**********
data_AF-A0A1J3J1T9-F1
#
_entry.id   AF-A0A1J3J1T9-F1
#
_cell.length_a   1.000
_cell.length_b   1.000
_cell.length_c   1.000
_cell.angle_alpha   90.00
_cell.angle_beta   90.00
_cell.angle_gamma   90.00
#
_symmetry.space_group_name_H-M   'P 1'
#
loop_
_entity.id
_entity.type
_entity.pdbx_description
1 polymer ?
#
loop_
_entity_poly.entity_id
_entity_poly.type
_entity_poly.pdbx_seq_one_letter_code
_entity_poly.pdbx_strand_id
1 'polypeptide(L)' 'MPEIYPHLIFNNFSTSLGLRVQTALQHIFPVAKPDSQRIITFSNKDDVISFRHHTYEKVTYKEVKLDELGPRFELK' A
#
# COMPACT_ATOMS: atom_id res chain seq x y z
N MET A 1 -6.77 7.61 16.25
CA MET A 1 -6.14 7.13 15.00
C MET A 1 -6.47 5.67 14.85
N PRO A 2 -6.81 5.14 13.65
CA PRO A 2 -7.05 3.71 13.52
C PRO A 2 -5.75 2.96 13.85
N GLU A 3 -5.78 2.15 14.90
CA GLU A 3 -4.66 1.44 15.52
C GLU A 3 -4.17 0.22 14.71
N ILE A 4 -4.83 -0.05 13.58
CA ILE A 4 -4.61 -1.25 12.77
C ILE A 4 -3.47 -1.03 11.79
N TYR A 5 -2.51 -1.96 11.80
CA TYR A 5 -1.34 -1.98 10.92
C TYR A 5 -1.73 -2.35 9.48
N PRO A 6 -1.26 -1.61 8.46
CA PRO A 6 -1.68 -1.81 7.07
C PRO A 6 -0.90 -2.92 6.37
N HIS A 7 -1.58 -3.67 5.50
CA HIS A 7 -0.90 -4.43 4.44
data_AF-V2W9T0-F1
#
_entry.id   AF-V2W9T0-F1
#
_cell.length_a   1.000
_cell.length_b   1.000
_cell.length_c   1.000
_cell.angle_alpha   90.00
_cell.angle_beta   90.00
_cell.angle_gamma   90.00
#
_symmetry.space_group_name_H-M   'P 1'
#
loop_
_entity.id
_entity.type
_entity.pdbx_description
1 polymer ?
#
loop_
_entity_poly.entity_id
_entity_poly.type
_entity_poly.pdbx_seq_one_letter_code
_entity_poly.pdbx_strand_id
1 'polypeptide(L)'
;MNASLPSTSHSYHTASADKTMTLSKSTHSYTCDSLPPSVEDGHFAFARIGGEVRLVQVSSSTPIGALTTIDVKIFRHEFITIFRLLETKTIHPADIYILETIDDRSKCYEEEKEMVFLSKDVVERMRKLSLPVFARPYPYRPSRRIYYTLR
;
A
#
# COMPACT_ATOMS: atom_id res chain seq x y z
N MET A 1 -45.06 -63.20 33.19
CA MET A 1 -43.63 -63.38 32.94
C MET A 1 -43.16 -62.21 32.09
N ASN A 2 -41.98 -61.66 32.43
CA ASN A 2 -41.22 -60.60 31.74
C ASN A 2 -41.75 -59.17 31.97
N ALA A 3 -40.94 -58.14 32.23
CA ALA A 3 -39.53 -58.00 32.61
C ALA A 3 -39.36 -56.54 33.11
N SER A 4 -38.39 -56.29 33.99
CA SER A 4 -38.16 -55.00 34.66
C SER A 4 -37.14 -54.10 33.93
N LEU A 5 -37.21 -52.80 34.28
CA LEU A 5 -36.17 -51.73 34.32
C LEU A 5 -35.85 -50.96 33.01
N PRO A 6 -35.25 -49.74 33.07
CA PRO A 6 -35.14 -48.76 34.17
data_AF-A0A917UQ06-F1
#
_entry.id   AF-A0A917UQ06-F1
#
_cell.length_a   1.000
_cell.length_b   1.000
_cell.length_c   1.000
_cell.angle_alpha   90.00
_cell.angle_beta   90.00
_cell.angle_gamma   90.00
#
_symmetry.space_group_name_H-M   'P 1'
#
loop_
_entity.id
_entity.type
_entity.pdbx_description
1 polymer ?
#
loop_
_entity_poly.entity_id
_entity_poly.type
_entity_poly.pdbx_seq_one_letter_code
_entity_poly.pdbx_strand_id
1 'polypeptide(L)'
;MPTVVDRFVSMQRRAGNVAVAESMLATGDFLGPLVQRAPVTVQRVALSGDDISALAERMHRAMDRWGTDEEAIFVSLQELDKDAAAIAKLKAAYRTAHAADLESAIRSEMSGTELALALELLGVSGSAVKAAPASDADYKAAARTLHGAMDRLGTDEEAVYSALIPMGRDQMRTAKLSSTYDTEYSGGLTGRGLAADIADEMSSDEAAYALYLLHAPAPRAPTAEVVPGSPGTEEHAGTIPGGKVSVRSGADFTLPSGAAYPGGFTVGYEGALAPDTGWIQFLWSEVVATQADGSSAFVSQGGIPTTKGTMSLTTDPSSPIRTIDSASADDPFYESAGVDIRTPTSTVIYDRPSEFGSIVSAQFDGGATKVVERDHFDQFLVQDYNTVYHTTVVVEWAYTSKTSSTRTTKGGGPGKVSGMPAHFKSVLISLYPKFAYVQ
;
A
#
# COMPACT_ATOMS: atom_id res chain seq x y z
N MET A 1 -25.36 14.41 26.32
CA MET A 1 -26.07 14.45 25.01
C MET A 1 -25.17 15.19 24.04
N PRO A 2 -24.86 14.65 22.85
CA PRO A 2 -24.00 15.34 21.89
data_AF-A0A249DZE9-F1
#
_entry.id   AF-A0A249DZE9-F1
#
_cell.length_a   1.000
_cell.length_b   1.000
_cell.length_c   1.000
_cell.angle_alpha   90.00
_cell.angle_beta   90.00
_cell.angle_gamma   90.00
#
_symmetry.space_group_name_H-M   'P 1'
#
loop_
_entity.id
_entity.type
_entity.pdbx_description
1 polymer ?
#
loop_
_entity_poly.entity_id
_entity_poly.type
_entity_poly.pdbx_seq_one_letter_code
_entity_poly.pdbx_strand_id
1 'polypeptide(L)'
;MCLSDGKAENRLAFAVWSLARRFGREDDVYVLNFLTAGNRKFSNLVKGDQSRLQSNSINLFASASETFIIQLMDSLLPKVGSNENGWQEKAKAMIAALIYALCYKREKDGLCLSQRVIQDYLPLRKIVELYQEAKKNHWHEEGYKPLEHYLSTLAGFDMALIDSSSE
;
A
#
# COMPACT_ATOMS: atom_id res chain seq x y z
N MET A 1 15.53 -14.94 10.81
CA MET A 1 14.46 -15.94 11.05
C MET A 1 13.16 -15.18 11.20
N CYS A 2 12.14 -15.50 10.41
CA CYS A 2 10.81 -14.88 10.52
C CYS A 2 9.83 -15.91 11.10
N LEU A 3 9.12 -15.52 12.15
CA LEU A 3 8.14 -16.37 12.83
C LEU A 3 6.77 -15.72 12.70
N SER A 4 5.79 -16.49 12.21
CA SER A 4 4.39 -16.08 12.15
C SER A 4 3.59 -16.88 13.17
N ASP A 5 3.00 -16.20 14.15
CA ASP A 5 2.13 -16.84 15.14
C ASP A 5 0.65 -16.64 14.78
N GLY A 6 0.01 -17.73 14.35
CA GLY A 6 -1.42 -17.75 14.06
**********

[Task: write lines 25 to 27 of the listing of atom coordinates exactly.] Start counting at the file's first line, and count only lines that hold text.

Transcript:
1 'polypeptide(L)' 'MPEIYPHLIFNNFSTSLGLRVQTALQHIFPVAKPDSQRIITFSNKDDVISFRHHTYEKVTYKEVKLDELGPRFELK' A
#
# COMPACT_ATOMS: atom_id res chain seq x y z